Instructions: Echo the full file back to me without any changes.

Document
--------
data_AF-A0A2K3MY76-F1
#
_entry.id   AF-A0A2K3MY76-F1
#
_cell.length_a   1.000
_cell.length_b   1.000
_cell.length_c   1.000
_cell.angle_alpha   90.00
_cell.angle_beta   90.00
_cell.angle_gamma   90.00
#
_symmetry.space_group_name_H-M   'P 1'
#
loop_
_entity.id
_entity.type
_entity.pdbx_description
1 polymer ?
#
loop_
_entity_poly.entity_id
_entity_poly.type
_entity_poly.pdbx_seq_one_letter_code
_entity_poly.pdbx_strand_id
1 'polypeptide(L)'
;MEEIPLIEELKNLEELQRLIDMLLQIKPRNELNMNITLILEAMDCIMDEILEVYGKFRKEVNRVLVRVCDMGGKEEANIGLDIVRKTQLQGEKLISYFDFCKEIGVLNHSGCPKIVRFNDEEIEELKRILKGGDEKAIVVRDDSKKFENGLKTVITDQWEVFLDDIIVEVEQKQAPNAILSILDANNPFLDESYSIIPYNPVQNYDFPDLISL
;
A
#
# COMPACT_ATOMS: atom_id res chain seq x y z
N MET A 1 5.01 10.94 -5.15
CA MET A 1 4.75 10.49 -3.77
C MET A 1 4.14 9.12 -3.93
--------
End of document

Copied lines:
data_AF-A0A2K3MY76-F1
#
_entry.id   AF-A0A2K3MY76-F1
#
_cell.length_a   1.000
_cell.length_b   1.000
_cell.length_c   1.000
_cell.angle_alpha   90.00
_cell.angle_beta   90.00
_cell.angle_gamma   90.00
#
_symmetry.space_group_name_H-M   'P 1'
#
loop_
_entity.id
_entity.type
_entity.pdbx_description
1 polymer ?
#
loop_
_entity_poly.entity_id
_entity_poly.type
_entity_poly.pdbx_seq_one_letter_code
_entity_poly.pdbx_strand_id
1 'polypeptide(L)'
;MEEIPLIEELKNLEELQRLIDMLLQIKPRNELNMNITLILEAMDCIMDEILEVYGKFRKEVNRVLVRVCDMGGKEEANIGLDIVRKTQLQGEKLISYFDFCKEIGVLNHSGCPKIVRFNDEEIEELKRILKGGDEKAIVVRDDSKKFENGLKTVITDQWEVFLDDIIVEVEQKQAPNAILSILDANNPFLDESYSIIPYNPVQNYDFPDLISL
;
A
#
# COMPACT_ATOMS: atom_id res chain seq x y z
N MET A 1 5.01 10.94 -5.15
CA MET A 1 4.75 10.49 -3.77
C MET A 1 4.14 9.12 -3.93